As I have been writing the second chapter of my upcoming eBook, Empathy: Love and Life Beyond Self, I have been exploring the aspects of becoming a person of empathy. There are three core foundations by which all behavior is driven. These core foundations can result in positive or negative behaviors which ultimately result in positive or negative outcomes. Fulfillment is also derived from these three core foundations. The most prevalent core foundation in your life will determine your behaviors, which in turn will determine your outcomes. These three core foundations are your motivators, your drivers, and your passions.
Motivators are external influences that cause you to make specific decisions to either move towards something or away from it. You will tend to do those things which generate pleasurable experiences, and resist those things that do not. Keep in mind that pleasurable experiences are subjective to the individual. What brings one person pleasure can often come at a cost to another.
There are two governing rules concerning your motivators. Rule #1: When the pleasure received from an experience exceeds the price paid to achieve the experience, you will most likely continue to pursue the experience. Rule #2: When the price paid from an experience exceeds the pleasure derived from the experience, you are most likely to stop pursuing the experience. This is the cost / ROI (return on investment) factor. What I have observed is that this force can fluctuate depending on your specific situation. Because of this fluctuation, motivators tend to be subjective. If an external influence does not cost you enough, you are less likely to pay much attention to changing that influence.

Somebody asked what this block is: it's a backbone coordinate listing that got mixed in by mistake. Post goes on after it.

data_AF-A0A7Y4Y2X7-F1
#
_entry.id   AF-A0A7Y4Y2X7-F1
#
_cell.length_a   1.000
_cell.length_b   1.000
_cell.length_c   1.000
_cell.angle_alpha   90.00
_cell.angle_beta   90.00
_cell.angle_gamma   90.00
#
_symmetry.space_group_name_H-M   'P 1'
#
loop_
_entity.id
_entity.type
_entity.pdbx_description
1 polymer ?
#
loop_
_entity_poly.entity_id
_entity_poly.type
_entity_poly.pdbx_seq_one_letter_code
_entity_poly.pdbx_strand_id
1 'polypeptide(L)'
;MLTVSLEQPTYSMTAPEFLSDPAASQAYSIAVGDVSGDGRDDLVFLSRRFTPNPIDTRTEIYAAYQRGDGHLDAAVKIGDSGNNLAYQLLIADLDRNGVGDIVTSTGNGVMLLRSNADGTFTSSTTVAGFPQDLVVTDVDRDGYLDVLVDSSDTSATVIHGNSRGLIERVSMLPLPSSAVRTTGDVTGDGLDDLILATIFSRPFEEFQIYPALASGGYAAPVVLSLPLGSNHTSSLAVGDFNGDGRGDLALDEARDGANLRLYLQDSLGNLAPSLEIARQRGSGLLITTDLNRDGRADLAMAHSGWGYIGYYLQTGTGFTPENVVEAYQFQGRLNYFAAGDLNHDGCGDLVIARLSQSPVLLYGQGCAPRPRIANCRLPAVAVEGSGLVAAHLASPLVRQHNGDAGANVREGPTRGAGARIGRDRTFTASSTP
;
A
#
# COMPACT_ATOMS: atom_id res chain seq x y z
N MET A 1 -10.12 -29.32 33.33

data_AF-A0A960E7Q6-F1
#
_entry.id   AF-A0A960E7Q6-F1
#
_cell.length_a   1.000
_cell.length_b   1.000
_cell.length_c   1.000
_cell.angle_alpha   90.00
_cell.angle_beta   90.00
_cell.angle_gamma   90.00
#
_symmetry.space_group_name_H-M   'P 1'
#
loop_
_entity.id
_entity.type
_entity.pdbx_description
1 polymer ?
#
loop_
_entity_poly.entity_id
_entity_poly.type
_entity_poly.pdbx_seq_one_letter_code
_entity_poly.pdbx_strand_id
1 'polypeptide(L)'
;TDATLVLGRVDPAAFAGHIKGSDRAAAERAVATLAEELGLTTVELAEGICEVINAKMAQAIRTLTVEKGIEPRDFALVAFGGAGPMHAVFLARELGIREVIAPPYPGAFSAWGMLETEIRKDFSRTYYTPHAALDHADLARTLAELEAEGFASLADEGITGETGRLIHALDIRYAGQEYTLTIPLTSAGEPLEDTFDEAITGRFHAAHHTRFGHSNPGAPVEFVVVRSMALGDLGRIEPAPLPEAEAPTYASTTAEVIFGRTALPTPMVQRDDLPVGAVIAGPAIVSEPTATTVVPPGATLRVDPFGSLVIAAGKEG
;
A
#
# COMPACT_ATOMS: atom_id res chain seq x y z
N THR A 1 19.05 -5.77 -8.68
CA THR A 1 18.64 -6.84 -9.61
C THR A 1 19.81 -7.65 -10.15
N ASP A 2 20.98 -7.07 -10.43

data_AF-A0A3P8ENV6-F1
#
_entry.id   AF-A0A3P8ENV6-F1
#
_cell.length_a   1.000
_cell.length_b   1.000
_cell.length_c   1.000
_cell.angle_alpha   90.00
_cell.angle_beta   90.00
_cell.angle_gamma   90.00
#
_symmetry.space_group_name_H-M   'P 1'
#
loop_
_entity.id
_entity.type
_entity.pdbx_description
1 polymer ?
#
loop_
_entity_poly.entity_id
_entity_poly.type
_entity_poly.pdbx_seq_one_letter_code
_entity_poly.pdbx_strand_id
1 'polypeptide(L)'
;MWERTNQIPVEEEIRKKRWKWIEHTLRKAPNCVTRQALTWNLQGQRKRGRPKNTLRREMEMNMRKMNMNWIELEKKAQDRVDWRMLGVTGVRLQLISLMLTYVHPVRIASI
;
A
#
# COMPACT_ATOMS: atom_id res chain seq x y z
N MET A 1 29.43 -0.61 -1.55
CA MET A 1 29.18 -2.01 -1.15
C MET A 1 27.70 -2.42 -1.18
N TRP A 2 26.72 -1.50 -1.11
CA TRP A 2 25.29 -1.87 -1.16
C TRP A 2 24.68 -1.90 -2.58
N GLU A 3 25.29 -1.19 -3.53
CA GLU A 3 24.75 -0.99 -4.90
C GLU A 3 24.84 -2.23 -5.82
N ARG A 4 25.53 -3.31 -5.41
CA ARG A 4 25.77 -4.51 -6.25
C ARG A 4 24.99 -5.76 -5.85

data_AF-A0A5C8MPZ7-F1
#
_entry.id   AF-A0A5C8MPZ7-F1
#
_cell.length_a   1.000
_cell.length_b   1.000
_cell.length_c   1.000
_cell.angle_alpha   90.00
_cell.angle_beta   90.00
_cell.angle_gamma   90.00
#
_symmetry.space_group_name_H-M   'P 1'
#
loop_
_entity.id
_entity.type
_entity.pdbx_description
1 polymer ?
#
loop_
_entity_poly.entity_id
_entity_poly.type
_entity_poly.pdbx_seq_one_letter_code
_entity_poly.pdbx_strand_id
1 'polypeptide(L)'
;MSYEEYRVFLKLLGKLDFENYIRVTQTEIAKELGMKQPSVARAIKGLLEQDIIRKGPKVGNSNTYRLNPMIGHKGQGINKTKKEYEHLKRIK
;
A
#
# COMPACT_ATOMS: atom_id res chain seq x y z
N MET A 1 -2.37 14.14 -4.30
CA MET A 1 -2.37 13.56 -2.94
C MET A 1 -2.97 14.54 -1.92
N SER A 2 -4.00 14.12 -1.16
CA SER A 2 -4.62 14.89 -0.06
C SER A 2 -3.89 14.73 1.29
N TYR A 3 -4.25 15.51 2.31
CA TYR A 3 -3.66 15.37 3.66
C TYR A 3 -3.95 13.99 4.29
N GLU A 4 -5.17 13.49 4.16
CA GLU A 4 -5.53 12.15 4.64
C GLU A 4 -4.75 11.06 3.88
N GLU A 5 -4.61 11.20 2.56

Let’s contrast motivators (which are external) with drivers (which are internal). Unlike the external influences of motivators, drivers are internal influences that cause you to make specific decisions to pursue those things for which you have a passion. I will get to passion in a minute, but for now understand that drivers and passion are linked. Drivers are your values, principles, and beliefs. A principled person has high internal influencers and low external influencers. A person with strong moral values and deep personal beliefs will have high internal influencers and low external influencers. Therefore, a person with strong drivers can resist external influencers that cause bad decision making.
Drivers will cause you to exceed expectations, overcome difficult obstacles, and consider hardship as part of the achievement process. Where motivators are external in nature and are equated to the cost / ROI model, drivers are internal in nature and are subject to the character / reputation markers. Character and reputation markers are traits tied directly to your value and belief systems and the principles by which you live your life. Strong character and reputation traits are to be a person who is loving, joyful and living at peace with others. They are to be longsuffering, kindly affectionate, full of goodness, faithful and gentle. Over all else, character and reputation traits allow a person to be self-controlled.
Those who are motivated to achieve, but lack the drivers to achieve positive outcomes live reactionary lives. When their motivations change, so does their ability to remain focused on achieving their original targets (goals). Those who are driven live proactive lives and will stay focused on achieving the original targets (goals) and will not be swayed by the changing environment. Motivated people achieve to reduce the amount of personal price to be paid for failure. Driven people achieve even when the price to be paid increases with their effort. Motivation and drive are linked insomuch as a person who has drive can be motivated by external factors to push harder, go faster, and achieve more positive outcomes.